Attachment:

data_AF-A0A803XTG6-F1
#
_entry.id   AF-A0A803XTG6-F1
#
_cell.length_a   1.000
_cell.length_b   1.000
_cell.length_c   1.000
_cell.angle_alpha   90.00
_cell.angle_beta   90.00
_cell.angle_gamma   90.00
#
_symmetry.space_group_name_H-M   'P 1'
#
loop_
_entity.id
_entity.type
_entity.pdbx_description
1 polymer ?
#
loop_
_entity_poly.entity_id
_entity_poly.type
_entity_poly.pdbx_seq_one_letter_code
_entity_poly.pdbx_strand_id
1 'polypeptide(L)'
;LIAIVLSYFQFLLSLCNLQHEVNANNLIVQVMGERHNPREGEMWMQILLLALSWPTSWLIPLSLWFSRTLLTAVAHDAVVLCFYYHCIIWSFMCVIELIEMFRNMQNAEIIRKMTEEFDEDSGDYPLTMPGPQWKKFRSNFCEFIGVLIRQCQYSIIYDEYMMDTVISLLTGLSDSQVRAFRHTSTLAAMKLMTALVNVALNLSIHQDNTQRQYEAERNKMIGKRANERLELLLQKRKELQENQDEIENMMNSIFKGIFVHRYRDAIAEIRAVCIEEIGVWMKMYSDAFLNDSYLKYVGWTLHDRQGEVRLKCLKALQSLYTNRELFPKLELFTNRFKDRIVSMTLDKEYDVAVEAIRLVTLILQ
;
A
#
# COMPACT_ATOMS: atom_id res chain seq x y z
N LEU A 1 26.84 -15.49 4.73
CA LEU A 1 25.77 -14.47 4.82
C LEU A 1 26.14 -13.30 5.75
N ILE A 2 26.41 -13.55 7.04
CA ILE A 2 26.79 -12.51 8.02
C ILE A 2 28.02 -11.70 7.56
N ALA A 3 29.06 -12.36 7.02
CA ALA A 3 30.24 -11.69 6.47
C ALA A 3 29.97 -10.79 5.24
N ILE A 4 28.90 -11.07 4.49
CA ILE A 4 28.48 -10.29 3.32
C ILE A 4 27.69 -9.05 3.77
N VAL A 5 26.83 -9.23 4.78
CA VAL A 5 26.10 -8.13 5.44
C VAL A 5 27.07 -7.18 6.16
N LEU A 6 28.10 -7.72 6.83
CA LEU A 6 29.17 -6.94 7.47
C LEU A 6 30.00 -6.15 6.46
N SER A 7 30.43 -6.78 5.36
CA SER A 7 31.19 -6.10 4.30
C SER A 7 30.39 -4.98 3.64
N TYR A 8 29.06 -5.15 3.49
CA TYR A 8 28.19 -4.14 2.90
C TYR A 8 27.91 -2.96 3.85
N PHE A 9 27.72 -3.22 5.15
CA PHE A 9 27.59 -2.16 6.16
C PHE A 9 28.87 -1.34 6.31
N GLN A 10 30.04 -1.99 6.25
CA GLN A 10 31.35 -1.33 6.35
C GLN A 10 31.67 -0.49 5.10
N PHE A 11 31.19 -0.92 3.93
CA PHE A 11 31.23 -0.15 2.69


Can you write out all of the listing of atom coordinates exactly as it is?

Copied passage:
data_AF-A0A803XTG6-F1
#
_entry.id   AF-A0A803XTG6-F1
#
_cell.length_a   1.000
_cell.length_b   1.000
_cell.length_c   1.000
_cell.angle_alpha   90.00
_cell.angle_beta   90.00
_cell.angle_gamma   90.00
#
_symmetry.space_group_name_H-M   'P 1'
#
loop_
_entity.id
_entity.type
_entity.pdbx_description
1 polymer ?
#
loop_
_entity_poly.entity_id
_entity_poly.type
_entity_poly.pdbx_seq_one_letter_code
_entity_poly.pdbx_strand_id
1 'polypeptide(L)'
;LIAIVLSYFQFLLSLCNLQHEVNANNLIVQVMGERHNPREGEMWMQILLLALSWPTSWLIPLSLWFSRTLLTAVAHDAVVLCFYYHCIIWSFMCVIELIEMFRNMQNAEIIRKMTEEFDEDSGDYPLTMPGPQWKKFRSNFCEFIGVLIRQCQYSIIYDEYMMDTVISLLTGLSDSQVRAFRHTSTLAAMKLMTALVNVALNLSIHQDNTQRQYEAERNKMIGKRANERLELLLQKRKELQENQDEIENMMNSIFKGIFVHRYRDAIAEIRAVCIEEIGVWMKMYSDAFLNDSYLKYVGWTLHDRQGEVRLKCLKALQSLYTNRELFPKLELFTNRFKDRIVSMTLDKEYDVAVEAIRLVTLILQ
;
A
#
# COMPACT_ATOMS: atom_id res chain seq x y z
N LEU A 1 26.84 -15.49 4.73
CA LEU A 1 25.77 -14.47 4.82
C LEU A 1 26.14 -13.30 5.75
N ILE A 2 26.41 -13.55 7.04
CA ILE A 2 26.79 -12.51 8.02
C ILE A 2 28.02 -11.70 7.56
N ALA A 3 29.06 -12.36 7.02
CA ALA A 3 30.24 -11.69 6.47
C ALA A 3 29.97 -10.79 5.24
N ILE A 4 28.90 -11.07 4.49
CA ILE A 4 28.48 -10.29 3.32
C ILE A 4 27.69 -9.05 3.77
N VAL A 5 26.83 -9.23 4.78
CA VAL A 5 26.10 -8.13 5.44
C VAL A 5 27.07 -7.18 6.16
N LEU A 6 28.10 -7.72 6.83
CA LEU A 6 29.17 -6.94 7.47
C LEU A 6 30.00 -6.15 6.46
N SER A 7 30.43 -6.78 5.36
CA SER A 7 31.19 -6.10 4.30
C SER A 7 30.39 -4.98 3.64
N TYR A 8 29.06 -5.15 3.49
CA TYR A 8 28.19 -4.14 2.90
C TYR A 8 27.91 -2.96 3.85
N PHE A 9 27.72 -3.22 5.15
CA PHE A 9 27.59 -2.16 6.16
C PHE A 9 28.87 -1.34 6.31
N GLN A 10 30.04 -1.99 6.25
CA GLN A 10 31.35 -1.33 6.35
C GLN A 10 31.67 -0.49 5.10
N PHE A 11 31.19 -0.92 3.93
CA PHE A 11 31.23 -0.15 2.69